I'm not a midwife so I'm not familiar with what all a midwife carries in her "bag"/car but I have had 5 homebirths, and I had minor complications with my first, 3rd and 5th births, but my midwives were able to handle everything very well. If I had been in the hospital with my first, I most likely would have ended up having a C-Section. My baby's heart tones dropped towards the end, and my midwife needed to help me bring my baby down and out quickly. She gave me an episiotomy and then reached up with her hands and helped to bring that baby down with my contractions. My baby was slightly blue when she was born, so they just put a little oxygen under her nose and she pinked right up.

    My 3rd baby was born with a congenital heart defect, and he had a hard time breathing well when he was born, so they took him into a steamy bathroom, and massaged him good. This baby did not need any assistance breathing with oxygen tank or resusci bag (both of which midwives carry) but we did find out a few weeks later that he would have to have open heart surgery.

    With the birth of my 5th baby, I hemorrhaged after delivery, but with the assistance of herbs and some injections that my midwife gave me (it was probably pitocin), and some expert work with my midwife's hands, we were able to stop the bleeding and though I was pale, I was actually able to get up to take a shower without fainting. Baby was fine

    When call for references on a midwife, I want to talk to women who have had problems during their birth, because I want to know what the midwife's skills are in less than perfect circumstances.

    Midwives have a far lower C-Section rate than doctors do (i.e. the number of clients they transfer to the hospital who end up in C-Section). Midwives have a C-Section rate of about 3 1/2 %, as compared to doctors, which are between 25%-35%.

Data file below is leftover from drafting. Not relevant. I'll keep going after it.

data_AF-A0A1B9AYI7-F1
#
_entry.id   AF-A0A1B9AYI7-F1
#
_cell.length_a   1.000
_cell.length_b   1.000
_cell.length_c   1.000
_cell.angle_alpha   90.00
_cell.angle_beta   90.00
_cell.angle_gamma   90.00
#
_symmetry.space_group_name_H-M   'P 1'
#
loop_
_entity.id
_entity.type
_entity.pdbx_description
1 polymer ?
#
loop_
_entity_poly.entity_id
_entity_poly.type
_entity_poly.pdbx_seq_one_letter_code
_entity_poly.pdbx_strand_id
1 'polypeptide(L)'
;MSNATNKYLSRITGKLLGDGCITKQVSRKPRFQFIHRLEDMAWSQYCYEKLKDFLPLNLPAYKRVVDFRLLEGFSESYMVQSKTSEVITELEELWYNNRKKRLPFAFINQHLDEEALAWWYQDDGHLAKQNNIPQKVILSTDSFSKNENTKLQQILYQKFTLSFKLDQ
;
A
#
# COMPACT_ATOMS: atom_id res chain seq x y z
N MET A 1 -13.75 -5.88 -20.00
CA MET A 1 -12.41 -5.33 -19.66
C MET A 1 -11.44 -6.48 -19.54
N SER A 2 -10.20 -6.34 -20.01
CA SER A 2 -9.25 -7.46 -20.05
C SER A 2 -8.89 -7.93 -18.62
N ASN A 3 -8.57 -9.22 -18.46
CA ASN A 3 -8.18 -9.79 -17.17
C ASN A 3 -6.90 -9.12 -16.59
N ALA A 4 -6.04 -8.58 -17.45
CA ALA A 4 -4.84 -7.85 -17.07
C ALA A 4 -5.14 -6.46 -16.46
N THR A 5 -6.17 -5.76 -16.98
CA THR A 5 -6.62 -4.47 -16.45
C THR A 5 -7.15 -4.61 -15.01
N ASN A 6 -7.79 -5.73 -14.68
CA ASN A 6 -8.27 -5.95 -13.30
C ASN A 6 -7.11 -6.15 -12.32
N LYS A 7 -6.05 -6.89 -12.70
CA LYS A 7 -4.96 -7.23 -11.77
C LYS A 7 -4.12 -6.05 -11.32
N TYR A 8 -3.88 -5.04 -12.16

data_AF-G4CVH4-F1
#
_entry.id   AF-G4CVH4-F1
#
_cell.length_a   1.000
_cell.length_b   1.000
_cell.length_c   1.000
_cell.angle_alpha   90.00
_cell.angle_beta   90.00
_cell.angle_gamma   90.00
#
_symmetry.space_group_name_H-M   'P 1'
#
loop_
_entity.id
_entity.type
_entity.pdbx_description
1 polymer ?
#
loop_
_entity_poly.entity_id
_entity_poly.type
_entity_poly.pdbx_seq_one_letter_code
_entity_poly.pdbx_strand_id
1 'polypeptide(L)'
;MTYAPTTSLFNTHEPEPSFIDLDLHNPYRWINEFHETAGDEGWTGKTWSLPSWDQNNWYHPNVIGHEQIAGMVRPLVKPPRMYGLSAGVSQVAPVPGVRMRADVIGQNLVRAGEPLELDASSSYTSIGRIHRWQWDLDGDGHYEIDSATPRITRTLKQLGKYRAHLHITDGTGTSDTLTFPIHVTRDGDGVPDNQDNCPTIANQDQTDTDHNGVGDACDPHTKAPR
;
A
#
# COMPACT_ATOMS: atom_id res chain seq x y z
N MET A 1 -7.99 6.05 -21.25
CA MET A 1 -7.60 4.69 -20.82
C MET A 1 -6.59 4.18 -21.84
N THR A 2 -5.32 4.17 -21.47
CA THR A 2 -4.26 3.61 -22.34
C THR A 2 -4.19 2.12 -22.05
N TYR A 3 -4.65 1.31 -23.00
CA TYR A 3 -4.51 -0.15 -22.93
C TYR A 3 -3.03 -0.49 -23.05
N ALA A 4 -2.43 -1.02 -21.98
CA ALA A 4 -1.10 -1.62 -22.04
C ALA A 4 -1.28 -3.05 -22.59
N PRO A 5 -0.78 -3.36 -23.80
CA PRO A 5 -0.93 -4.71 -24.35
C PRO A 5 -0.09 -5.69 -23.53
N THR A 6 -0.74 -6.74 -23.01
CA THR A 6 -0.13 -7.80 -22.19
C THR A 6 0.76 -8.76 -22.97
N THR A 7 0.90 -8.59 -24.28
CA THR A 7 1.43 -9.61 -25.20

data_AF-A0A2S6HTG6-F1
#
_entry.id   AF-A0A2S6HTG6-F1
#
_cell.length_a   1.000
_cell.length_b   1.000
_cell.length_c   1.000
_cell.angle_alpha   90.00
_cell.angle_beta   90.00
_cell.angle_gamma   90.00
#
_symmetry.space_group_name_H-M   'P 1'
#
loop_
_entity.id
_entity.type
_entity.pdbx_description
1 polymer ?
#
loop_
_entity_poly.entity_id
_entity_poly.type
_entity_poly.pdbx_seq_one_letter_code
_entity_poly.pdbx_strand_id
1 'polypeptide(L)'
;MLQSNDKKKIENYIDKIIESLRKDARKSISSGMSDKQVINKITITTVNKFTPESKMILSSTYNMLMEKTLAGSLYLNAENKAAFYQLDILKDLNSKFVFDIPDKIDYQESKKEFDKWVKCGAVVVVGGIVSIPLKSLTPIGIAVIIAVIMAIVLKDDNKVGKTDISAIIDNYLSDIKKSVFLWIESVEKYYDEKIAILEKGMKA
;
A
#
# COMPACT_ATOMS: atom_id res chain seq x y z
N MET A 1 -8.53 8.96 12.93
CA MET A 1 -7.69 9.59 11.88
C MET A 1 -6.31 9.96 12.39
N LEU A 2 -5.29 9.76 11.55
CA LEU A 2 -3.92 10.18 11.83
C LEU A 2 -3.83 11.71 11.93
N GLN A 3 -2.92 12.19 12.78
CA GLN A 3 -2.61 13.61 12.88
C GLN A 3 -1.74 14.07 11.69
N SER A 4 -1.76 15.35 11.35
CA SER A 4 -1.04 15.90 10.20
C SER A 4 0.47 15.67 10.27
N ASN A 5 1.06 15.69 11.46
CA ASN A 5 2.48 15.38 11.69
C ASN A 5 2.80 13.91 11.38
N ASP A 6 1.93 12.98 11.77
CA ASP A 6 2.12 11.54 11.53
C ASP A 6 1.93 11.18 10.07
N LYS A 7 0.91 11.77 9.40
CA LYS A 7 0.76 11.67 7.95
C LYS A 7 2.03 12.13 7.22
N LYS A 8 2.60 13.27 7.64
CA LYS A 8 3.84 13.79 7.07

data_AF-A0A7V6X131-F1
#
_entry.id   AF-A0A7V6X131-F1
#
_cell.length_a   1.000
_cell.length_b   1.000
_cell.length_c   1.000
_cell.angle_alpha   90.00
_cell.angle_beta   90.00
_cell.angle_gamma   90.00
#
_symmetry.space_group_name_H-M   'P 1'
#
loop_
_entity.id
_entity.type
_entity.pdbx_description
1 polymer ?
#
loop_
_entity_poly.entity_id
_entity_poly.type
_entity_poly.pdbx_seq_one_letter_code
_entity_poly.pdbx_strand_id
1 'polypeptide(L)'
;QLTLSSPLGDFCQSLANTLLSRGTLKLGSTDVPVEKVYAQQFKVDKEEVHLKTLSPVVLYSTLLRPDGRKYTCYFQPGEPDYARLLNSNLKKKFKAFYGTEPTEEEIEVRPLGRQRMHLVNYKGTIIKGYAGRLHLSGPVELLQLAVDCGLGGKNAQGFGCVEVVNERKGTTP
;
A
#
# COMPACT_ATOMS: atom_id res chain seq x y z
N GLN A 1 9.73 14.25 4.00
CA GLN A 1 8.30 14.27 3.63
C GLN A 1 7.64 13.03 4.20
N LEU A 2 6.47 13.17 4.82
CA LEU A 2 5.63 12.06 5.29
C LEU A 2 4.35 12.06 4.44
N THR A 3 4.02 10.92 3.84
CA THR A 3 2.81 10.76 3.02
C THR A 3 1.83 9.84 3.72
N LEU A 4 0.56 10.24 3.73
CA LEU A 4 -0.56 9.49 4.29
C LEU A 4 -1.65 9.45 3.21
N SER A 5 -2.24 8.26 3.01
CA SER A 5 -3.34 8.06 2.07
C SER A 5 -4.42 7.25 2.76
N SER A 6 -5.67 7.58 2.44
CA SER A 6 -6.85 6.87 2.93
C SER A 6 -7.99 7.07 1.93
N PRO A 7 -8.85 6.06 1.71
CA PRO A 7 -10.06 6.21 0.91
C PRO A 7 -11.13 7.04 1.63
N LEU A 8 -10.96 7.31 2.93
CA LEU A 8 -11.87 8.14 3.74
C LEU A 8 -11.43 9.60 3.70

I spent 2 years researching homebirths before I got pregnant and I couldn't have made a better decision. I was totally relaxed at home, didn't have any needles in my arms (though they could have given an IV if needed), could eat and drink as I wanted to, could walk and labour in any position I wanted (or the midwife suggested) and could birth in my preferred position. On top of this, my last 2 births were water births, and were my easiest, fastest births of all (warm water is very relaxing).

    Though hospitals are essential when complications occur which cannot be handled at home, a homebirth offers women the opportunity to allow themselves to labour at their own pace and birth occurs in it's own time with less likelihood of complications.

    I would encourage you to learn more about homebirth here. There are lots of homebirth stories and resources to help you make the best decision for where you choose to celebrate birth.

    Please let me know what your thoughts are after reading this and if you still have some concerns/questions. I'll be happy to share what I know.

    Warm Regards,

    Kate

  3. #3
    Hi Kate! I'm using another account, since I forgot the password of the first one. Thank you so much for such a comprehensive and very informative response. I appreciate it so much. A lot of insights gained from this response. Thanks again!

    Josephine

  4. #4
    Hi Josephine,

    So glad you learned some new things :-) Knowing more about things helps us to make better choices and that's our goal here on these forums.

    Warm Regards,

    Kate